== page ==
Microsoft Releases System Center 2012 SP1 Beta
- By Kurt Mackie
- September 11, 2012
The beta test version of System Center 2012 Service Pack 1, which promises to considerably broaden Microsoft's cloud product strategy, became available on Monday.
Those who want to test the SP1 beta can download it from Microsoft's page here. Previously, SP1 was available only to qualified testers as a community test preview.
While Microsoft has not indicated when the final SP1 product will be available, a blog post suggested it would be available sometime in "early 2013," in conjunction with the next Windows Intune release. Microsoft issued its last service update of Windows Intune in June at Tech-Ed.
SP1 as 'Full-Featured Release'
SP1 for System Center 2012 appears to be a big game changer for Microsoft. Vijay Tewari, principal group program manager on System Center Virtual Machine Manager, told the Tech-Ed audience back in June that SP1 actually represents a "full-featured release" of the product, rather than a mere update. SP1 also will be an important release for other supporting applications, including management apps offered by Microsoft's server hardware partners, such as Dell and HP.
While it may seem somewhat unsurprising to say it, the top big benefit of SP1, according to a Microsoft blog post, is that it lets IT pros use System Center 2012 to manage Windows Server 2012 and Windows 8. When Microsoft released System Center 2012 in April, it was just limited to managing the most current flagship Microsoft operating systems products at that time, which were Windows Server 2008 R2 and Windows 7. Similarly, with SP1, it's now possible to use all of System Center 2012's components to manage SQL Server 2012.
Microsoft also announced that System Center Configuration Manager 2012 (SCCM 2012) SP1 now reaps the benefits of PowerShell's automation capabilities for handling administrative tasks, although no specific details were provided. Microsoft's entire product culture has shifted to using PowerShell, in conjunction with Windows Server 2012 Server Core, which represents the preferred approach for automating processes and managing workflows (although a GUI is still available).
SCCM 2012 SP1 and the next release of Windows Intune will be able to manage multiple tablets, devices and servers. The list includes Windows 8 and Windows RT devices, Windows To Go USB-based memory sticks, Mac OS X clients, Unix and Linux servers, Windows Phone 8 smartphones and various Windows Embedded devices (thin clients, kiosks, digital signs and point-of-sale devices).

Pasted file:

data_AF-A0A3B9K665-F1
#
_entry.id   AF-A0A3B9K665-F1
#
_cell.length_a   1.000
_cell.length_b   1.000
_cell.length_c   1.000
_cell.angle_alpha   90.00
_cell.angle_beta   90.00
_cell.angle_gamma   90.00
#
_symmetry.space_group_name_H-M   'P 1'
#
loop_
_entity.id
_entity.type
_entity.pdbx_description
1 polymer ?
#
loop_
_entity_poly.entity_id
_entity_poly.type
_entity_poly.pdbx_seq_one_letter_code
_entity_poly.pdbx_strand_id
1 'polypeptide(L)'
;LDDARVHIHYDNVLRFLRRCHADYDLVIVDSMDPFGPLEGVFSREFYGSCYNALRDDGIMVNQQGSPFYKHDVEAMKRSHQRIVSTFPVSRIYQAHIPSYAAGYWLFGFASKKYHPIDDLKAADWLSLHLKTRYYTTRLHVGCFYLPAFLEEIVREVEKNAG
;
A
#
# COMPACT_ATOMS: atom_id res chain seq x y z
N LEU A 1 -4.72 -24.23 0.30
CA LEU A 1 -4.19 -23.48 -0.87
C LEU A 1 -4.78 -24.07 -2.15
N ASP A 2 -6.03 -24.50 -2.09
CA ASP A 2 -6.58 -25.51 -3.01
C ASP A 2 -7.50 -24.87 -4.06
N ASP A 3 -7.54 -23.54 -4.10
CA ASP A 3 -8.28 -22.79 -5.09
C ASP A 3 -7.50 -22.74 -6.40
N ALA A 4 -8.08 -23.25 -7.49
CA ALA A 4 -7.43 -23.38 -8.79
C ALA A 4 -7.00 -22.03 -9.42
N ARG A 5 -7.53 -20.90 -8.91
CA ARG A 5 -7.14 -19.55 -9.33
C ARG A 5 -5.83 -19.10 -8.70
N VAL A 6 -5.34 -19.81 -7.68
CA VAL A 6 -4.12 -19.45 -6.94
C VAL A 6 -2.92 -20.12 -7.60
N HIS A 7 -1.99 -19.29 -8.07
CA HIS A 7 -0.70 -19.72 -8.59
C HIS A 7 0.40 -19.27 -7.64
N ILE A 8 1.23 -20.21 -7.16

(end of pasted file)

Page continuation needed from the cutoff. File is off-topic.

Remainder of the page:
Microsoft claims that improved management capabilities will be coming for SCCM 2012 SP1 when working with Windows Embedded Standard 8-based devices. The availability of Windows Embedded Standard 8 is planned "within three months from Windows 8 General Availability," according to Microsoft. Windows 8 arrives on Oct. 26, so that means that its embedded cousin should appear sometime in January.
SP1's Cloud Boosting Effects
SP1 also adds to Microsoft's cloud integration capabilities, including across products. For instance, SCCM 2012 SP1 and the next version Windows Intune will have an interoperability improvement that will let IT pros use either product to manage mobile devices. They can set security policies, view reports and distribute mobile applications from a single console, using either the cloud-based Windows Intune or premises-based SCCM SP1.
Users of System Center 2012 Virtual Machine Manager can leverage SP1 to move on-premises virtual machines to Windows Azure. App Controller now can tap into resources offered by cloud service providers. Another important cloud improvement with SP1 concerns the use of System Center 2012 Data Protection Manager and the Windows Azure Online Backup Service, which was rolled out in test form back in March. The cloud-based backup and recovery service enables virtual machine storage in Windows Azure. It works with Windows Server 2012 or Windows Server 2012 Essentials via an integration module, according to a Microsoft blog post. Microsoft is also releasing a preview of the Windows Azure Active Directory Management Portal, which supports the backup service. So far, Microsoft hasn't said what it may charge for using the new cloud-based backup service, when it's offered to customers.
Microsoft indicated a few other changes to come that will be timed to the arrival of SP1, although the details were a bit sketchy. To better accommodate bring-your-own-device scenarios, Microsoft plans to shift Windows Intune licensing from a per-device licensing model to a per-user model. It also plans to roll out a specific Windows Intune license that will give users the rights to use System Center 2012 Configuration Manager along with Windows Intune. Core Client Access License users of SCCM 2012 SP1 will be offered access to Windows Intune "at a reduced price," according to Microsoft's announcement. Lastly, Microsoft plans to loosen the Windows upgrade rights for those subscribing to the Windows Intune service.
Kurt Mackie is online news editor for the 1105 Enterprise Computing Group.